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Sticky - a short animated documentary

It’s easy to become overwhelmed when faced with the depleted state of our world. Our project tells a wonderfully positive Australian (and Victorian) conservation success story, which we believe will inspire and energise viewers as well as create an icon of hope.

“Sticky” is a 10 minute animated documentary focussing on the astonishing of the Lord Howe Island stick insect, or phasmid.

These insects evolved on Lord Howe Island and exist nowhere else. They are shiny, black, flightless and huge - islanders used to call them tree lobsters. In 1918 a supply ship ran aground off the island, and rats came ashore. They quickly munched their way through the entire stick insect population and within a few years the insects were thought to be extinct. Then in the 60s a group of climbers found an exoskeleton (shedding) from one of the insects in the most remote, inhospitable place you can imagine. . . Ball’s Pyramid is the tallest sea stack in the world, as high as a skyscraper, as thin as a blade, rising almost vertically from the sea 25km off Lord Howe Island. It looks exactly like a super-villain’s secret island. Seepage from rainwater supports just one patch of melaleuca on Ball’s Pyramid, and under this one bush in 2001 a team of scientists found a population of LHI phasmids, just 24 individuals. Nobody knows how they got there.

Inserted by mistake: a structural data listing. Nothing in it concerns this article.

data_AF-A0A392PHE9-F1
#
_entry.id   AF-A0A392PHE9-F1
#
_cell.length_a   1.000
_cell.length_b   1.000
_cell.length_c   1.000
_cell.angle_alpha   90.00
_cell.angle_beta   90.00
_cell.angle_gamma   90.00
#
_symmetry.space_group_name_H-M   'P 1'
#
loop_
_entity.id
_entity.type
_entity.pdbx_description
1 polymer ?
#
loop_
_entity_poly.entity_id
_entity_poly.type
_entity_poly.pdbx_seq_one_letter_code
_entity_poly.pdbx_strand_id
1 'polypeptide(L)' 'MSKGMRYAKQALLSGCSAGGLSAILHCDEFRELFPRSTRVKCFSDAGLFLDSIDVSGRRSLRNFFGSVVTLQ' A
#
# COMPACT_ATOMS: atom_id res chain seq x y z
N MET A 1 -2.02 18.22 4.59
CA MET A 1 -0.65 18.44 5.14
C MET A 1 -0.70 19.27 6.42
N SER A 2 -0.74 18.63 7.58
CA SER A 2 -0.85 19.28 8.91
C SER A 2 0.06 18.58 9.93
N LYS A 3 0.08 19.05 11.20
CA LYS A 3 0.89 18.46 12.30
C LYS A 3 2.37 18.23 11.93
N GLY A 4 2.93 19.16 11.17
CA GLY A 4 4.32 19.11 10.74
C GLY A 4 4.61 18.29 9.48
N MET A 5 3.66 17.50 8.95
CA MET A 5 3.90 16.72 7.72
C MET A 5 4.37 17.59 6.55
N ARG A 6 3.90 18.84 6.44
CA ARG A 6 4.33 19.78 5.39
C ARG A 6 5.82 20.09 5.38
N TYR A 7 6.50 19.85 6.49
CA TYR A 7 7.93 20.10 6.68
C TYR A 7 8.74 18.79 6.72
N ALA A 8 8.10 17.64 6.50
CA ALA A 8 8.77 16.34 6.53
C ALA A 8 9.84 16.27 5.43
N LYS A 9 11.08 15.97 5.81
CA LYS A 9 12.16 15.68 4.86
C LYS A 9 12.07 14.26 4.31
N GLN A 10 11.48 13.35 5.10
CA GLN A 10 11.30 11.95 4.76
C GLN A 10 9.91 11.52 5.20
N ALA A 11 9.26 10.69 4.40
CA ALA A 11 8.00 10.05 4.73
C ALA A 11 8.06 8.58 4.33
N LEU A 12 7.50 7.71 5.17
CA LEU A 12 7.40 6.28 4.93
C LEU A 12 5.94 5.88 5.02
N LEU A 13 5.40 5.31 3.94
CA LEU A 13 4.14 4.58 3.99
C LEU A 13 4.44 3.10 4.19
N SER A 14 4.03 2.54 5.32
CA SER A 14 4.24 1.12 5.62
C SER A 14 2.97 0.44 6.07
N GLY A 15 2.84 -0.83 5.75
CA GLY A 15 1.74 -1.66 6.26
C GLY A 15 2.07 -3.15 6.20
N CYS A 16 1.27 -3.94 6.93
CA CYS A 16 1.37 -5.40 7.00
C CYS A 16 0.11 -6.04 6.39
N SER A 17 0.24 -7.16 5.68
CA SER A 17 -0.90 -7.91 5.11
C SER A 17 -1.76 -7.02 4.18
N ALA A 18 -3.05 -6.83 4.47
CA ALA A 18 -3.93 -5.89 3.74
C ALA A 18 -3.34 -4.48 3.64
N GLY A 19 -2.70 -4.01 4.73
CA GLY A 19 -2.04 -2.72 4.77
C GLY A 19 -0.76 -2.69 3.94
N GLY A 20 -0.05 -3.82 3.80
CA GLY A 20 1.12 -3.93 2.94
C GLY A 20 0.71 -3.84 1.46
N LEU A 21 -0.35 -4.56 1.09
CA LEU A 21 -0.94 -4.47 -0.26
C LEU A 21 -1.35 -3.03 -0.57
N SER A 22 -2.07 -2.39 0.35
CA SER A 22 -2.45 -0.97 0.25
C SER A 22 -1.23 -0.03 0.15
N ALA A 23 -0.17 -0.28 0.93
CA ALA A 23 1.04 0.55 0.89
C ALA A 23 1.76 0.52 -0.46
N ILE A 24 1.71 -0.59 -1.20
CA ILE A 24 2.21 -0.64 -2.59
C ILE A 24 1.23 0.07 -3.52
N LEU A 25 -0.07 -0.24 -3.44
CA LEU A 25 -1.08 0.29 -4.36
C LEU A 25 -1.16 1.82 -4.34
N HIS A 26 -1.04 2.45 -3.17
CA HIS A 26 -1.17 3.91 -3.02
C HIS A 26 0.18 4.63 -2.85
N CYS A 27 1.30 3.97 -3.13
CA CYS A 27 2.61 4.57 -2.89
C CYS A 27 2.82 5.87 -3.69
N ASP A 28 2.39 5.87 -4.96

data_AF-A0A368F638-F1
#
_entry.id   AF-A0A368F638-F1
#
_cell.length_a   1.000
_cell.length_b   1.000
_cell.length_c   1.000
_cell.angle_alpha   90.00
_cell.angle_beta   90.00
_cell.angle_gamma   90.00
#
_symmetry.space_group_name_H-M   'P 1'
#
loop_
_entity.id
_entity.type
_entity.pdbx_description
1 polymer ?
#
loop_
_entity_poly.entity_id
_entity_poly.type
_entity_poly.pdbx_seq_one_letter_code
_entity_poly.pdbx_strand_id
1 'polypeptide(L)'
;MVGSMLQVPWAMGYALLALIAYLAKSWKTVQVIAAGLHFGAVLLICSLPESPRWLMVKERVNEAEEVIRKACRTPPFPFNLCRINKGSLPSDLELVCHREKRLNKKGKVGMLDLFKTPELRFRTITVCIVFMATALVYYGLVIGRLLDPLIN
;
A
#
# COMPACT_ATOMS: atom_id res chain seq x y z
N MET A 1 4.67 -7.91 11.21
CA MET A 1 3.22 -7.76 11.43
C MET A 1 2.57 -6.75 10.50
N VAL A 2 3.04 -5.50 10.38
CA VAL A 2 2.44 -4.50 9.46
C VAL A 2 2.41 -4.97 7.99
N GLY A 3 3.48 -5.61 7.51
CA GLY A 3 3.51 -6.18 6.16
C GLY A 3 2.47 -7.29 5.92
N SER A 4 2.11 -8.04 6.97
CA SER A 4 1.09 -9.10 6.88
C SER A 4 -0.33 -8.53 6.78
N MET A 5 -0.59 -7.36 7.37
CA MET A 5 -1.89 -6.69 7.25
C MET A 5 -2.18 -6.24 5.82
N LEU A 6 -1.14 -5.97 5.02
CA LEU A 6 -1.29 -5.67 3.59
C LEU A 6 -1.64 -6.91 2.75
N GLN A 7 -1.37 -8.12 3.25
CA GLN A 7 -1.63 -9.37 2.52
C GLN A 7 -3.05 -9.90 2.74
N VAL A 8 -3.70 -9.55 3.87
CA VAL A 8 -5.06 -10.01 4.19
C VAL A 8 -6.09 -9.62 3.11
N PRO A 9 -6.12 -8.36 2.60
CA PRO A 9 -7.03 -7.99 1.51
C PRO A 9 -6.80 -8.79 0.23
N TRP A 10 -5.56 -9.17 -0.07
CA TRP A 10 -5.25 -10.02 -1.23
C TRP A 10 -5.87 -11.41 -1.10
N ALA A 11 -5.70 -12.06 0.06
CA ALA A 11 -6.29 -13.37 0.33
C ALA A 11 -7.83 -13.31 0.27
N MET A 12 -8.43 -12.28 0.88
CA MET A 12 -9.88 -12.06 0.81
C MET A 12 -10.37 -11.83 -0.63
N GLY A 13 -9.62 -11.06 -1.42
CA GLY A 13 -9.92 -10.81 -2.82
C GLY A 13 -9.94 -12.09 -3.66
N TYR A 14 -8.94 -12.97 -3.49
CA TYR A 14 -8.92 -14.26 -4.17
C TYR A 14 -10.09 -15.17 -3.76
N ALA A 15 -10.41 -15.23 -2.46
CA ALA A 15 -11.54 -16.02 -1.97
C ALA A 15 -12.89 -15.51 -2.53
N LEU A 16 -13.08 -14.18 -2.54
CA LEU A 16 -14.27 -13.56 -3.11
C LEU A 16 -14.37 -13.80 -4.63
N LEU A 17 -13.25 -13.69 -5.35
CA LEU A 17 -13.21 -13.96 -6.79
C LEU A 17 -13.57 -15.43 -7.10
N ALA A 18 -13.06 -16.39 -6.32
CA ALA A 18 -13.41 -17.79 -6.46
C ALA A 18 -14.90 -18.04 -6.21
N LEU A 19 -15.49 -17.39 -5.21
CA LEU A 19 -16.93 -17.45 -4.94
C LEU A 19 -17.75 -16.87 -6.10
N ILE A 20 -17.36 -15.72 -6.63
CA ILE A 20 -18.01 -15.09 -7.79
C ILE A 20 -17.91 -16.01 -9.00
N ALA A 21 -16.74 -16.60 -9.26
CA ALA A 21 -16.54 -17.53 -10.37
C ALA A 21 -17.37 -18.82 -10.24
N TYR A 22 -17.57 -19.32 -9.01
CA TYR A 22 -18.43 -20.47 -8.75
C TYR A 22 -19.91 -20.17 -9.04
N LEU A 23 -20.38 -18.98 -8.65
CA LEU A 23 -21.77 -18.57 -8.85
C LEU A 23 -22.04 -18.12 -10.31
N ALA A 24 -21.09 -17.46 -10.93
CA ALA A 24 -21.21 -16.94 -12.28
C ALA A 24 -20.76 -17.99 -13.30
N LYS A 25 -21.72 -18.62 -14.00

But that’s just the start of the story. In 2003, 4 individuals were removed from the pyramid for captive breeding at Melbourne Zoo, where a dedicated team brought them back from the very brink of extinction despite nothing at all being known about the insect’s life and habits. We are in contact with the key people in the story, and are working closely with them to craft a film which will broadcast, as far and as loud as we can, a message of hope.

We think this film is the very definition of awesome. We want to get it to as wide an audience as we can. We would love it if you would support us.

Funded by Maldon (Inactive) (March 2013)